SahelAfrica at the southern edge of the Sahara Desert.
Well off-the-beaten-path for all but the hardiest of travellers; very unstable in the north
Interest for the traveller here is primarily centred on the Saharan dune regions
One of the largest countries in Africa and home to the world's oldest continuous major civilisations; it has been very prone to conflict
There is a very small population in this region of Africa. Cities are rare and far between but here are the main ones.
- — historically a very important stage on the trans-Saharan caravan routes in northern Niger
- — capital of Mali
- — capital of Sudan and by far the largest city in the region
- — one of the main ports in Mali and a good gateway for many impressive attractions such as Djenné, Timbuktu, and Dogon Country.
- — capital of Chad
- — capital of Niger and perhaps the most accessible Sahelian city for the traveler
- — capital of Mauritania
- — large Red Sea port city
- — a city of great historical importance particularly for education and the spread of Islam.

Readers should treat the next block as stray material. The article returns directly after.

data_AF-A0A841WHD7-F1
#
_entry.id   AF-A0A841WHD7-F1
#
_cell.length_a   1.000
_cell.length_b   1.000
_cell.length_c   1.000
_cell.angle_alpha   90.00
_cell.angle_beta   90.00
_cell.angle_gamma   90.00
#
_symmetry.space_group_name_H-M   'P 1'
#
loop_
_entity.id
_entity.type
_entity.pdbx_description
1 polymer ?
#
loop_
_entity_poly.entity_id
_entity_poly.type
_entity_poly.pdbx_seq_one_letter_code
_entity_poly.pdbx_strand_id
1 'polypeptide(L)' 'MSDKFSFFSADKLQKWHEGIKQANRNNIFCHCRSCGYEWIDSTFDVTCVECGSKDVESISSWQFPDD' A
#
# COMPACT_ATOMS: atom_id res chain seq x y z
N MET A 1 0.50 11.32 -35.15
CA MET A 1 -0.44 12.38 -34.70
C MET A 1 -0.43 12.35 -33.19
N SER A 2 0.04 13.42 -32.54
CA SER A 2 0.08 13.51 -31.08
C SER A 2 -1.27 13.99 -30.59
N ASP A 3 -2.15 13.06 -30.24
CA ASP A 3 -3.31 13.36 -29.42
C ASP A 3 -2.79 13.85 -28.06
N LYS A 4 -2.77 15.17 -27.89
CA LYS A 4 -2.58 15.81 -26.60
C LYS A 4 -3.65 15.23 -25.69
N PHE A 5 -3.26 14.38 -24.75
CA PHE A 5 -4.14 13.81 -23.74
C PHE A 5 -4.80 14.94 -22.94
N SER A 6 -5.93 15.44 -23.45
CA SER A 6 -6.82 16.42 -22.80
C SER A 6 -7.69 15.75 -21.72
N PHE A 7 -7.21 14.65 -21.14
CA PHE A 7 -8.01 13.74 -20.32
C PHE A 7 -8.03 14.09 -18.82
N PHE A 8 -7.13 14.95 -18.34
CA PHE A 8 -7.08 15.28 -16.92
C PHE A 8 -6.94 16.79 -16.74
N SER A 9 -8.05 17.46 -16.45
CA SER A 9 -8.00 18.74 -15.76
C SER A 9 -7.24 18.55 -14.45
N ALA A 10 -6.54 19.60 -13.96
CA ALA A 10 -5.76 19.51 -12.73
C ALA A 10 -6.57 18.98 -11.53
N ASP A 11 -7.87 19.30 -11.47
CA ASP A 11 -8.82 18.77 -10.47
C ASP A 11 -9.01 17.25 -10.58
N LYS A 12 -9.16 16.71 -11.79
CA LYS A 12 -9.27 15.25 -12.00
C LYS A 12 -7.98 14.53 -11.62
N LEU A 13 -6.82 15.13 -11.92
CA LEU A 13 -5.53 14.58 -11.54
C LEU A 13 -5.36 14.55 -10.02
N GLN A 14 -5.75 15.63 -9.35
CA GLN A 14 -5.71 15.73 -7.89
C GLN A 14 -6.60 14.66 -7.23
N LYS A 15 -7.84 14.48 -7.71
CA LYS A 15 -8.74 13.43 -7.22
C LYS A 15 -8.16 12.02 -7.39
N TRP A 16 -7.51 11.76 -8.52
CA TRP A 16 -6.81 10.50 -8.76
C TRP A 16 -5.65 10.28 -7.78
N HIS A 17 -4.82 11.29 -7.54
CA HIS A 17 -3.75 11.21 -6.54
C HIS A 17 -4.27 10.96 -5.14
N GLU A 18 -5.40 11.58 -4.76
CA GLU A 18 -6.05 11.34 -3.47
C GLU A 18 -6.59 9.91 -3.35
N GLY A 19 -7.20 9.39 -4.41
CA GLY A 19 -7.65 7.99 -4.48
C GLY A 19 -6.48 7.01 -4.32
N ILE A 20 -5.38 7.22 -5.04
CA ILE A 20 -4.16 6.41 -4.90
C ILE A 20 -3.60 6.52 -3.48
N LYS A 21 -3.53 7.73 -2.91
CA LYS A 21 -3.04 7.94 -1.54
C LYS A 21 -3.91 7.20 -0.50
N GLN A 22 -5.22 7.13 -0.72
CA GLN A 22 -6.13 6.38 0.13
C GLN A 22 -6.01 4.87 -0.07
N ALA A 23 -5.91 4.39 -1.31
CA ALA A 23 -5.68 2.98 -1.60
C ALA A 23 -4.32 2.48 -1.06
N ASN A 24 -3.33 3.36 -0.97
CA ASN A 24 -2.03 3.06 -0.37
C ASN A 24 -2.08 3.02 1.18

- — Two hours from Niamey in Niger, one of West Africa's largest animal markets, plus a colorful array of other traditional market and artisanal goods (Sundays)
- —a trek through this landscape of scattered cliff-side villages in is not to be missed by any Mali visitor
- — once a religious and commercial center to rival Timbuktu, this small town of multi-storey mud buildings in Mali is quite a sight
- — a large trans-border National Park, most accessible from Niamey in Niger
The Sahel runs 3,862 km from the Atlantic Ocean coast of Mauritania in the west to the Red Sea coast of Sudan in the east. The ecoregion definition takes in part of other countries but for the purposes of this travel guide, it includes all of Chad, Mali, Mauritania, Niger and Sudan. The region consists of semi-arid grasslands, savannas, steppes, and thorn shrublands lying between the Central African wooded savanna to the south, and the Sahara to the north.
The topography of the Sahel is mainly flat, and the region mostly lies between 200 and 400 m elevation.